Whether it is an admission of guilt or they just wanted the matter to go away – you be the judge – is probably irrelevant at this point, but the NFL Players Association was ordered by a jury on Monday to pay $28.1 million in damages to retired players after finding that the union failed to properly market their images. The dollar amount includes $21 million in punitive damages, just short of the requested $21.9 million award that the players’ lawyer had submitted to the jury which reflected about 10% of the net worth of the union at the start of this year. Not surprisingly, the union lawyer had asked the jury to award a far lesser amount so as not to damage the union’s ability to represent its players.
Initially, Hall of Fame cornerback Herb Adderley had filed the lawsuit last year on behalf of the 2,056 retired players who contend that the union failed to actively pursue marketing deals on their behalf with video games, sports cards and other sports products. During the nearly three-week trial, lawyers representing Adderley and the retired players told the jury that the union actively sought to cut them out of licensing deals in order for active players could receive larger royalty payments; a piece of evidence presented during the trial was a 2001 letter from an NFLPA executive requesting that Electronic Arts Inc executives scramble the images of retired players in the company’s popular “Madden NFL” video game, otherwise the union would have to pay the retired players.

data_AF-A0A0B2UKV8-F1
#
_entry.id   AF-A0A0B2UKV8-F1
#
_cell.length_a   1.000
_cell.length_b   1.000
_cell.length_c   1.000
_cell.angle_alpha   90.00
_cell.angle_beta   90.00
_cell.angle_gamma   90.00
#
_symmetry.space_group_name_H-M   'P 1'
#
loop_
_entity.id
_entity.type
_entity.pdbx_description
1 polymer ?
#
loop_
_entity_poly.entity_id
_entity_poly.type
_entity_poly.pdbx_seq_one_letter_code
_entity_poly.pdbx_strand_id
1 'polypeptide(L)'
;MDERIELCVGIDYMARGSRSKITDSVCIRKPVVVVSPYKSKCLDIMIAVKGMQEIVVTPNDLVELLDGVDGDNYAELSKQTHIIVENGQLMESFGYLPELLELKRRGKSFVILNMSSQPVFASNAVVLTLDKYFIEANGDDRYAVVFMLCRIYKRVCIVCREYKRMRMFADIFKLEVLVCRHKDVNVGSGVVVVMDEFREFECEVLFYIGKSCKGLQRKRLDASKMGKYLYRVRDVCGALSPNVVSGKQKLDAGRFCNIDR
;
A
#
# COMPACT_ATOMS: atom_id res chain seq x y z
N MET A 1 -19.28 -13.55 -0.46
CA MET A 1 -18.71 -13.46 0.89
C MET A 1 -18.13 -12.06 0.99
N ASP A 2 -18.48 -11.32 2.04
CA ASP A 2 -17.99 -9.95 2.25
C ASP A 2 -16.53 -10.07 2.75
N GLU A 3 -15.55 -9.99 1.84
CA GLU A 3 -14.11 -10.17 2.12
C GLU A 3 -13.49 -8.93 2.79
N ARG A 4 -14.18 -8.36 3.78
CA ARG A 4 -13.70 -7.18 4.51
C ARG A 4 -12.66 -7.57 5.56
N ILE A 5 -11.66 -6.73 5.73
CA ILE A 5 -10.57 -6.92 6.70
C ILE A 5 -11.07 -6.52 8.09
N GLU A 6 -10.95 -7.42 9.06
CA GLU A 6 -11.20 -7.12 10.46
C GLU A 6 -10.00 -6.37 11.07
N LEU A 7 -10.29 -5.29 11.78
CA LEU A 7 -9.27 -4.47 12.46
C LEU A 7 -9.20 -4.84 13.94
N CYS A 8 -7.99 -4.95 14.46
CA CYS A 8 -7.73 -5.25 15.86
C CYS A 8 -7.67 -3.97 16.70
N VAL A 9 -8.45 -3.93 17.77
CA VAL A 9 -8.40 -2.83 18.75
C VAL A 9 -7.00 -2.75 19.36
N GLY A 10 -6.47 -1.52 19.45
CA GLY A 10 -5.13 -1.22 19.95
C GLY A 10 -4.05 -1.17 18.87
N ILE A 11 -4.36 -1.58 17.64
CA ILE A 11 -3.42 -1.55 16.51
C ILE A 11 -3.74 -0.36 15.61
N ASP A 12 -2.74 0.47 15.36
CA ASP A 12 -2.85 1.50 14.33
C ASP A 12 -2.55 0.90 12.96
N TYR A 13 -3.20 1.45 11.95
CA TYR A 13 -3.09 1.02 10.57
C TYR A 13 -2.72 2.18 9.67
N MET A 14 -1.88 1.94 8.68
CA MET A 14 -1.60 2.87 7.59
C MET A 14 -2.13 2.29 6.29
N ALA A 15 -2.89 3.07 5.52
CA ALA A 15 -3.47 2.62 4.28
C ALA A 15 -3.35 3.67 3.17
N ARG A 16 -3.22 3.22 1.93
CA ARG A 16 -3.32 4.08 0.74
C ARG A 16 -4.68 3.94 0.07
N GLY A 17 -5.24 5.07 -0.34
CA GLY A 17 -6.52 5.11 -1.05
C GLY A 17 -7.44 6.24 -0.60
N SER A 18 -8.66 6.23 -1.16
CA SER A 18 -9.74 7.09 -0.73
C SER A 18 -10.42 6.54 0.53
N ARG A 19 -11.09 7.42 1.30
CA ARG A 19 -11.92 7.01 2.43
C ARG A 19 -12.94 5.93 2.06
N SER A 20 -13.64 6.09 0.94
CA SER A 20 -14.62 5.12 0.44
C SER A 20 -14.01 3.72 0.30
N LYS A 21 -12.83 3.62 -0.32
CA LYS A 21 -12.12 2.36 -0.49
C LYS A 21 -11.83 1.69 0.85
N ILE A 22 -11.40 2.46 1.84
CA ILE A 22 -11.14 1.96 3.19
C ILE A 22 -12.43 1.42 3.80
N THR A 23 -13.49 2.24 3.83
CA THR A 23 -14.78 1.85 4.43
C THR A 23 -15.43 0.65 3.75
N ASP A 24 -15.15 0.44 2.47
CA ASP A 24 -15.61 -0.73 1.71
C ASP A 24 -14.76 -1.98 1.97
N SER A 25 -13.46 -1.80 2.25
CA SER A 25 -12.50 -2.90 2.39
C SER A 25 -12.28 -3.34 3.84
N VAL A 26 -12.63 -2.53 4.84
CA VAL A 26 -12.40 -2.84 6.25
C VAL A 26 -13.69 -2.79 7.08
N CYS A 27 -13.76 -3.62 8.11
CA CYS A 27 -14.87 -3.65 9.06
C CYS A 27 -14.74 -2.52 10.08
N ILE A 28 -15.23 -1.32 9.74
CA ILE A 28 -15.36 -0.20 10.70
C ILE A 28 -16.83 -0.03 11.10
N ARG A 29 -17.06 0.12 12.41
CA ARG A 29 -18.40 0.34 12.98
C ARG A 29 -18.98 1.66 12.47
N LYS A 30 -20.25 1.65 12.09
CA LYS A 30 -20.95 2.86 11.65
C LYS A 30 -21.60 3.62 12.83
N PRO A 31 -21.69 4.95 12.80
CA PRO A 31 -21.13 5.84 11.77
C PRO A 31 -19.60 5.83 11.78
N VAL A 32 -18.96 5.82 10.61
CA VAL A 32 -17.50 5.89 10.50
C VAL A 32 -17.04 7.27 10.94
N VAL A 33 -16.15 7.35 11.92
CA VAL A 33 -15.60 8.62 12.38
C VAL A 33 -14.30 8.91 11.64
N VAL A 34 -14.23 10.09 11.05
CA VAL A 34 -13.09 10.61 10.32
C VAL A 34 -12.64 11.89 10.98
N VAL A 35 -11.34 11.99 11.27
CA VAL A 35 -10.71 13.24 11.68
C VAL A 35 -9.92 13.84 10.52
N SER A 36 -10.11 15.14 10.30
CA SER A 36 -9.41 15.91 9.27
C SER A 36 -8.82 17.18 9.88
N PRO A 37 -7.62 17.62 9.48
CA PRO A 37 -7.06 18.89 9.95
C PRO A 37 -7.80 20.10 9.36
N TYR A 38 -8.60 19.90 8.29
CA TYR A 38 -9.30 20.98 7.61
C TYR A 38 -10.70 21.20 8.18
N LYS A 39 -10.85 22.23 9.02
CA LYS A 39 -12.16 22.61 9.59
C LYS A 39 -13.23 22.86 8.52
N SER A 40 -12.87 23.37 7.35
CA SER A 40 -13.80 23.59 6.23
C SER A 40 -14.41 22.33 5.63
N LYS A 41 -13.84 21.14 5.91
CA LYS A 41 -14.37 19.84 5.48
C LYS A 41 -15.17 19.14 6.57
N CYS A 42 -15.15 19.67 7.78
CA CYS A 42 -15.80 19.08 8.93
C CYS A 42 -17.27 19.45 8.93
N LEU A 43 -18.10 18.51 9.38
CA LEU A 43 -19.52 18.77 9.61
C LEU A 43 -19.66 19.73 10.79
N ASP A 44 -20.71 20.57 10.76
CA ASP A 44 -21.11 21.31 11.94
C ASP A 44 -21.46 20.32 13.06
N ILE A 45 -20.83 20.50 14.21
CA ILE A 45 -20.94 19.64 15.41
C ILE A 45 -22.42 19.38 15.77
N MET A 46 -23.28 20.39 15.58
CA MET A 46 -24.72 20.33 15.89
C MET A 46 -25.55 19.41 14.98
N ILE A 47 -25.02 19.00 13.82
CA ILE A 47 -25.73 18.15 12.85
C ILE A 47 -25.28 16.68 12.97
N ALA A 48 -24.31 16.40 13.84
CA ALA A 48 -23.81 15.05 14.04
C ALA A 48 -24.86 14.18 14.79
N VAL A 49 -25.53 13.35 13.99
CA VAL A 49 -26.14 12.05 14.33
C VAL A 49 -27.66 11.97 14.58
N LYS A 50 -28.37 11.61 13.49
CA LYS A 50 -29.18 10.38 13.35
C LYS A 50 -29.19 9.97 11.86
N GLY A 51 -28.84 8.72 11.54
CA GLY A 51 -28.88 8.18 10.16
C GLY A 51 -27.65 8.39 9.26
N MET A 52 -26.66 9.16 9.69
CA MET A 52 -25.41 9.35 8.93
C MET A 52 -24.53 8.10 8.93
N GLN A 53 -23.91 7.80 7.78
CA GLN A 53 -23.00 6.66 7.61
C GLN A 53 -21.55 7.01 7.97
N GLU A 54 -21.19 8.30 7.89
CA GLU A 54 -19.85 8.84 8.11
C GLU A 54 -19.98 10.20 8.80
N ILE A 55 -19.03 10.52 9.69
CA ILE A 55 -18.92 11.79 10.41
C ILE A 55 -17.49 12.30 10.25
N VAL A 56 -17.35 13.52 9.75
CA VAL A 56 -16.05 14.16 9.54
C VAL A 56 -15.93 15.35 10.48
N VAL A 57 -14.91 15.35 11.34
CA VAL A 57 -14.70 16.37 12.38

Oddly enough, said Madden game contains 143 “vintage” teams inundated with no-name players that closely resemble Adderley and other retired NFL players; the retirees’ lawyer, Ronald Katz, had urged the jury to punish the union with a large award so the union would “change their conduct”.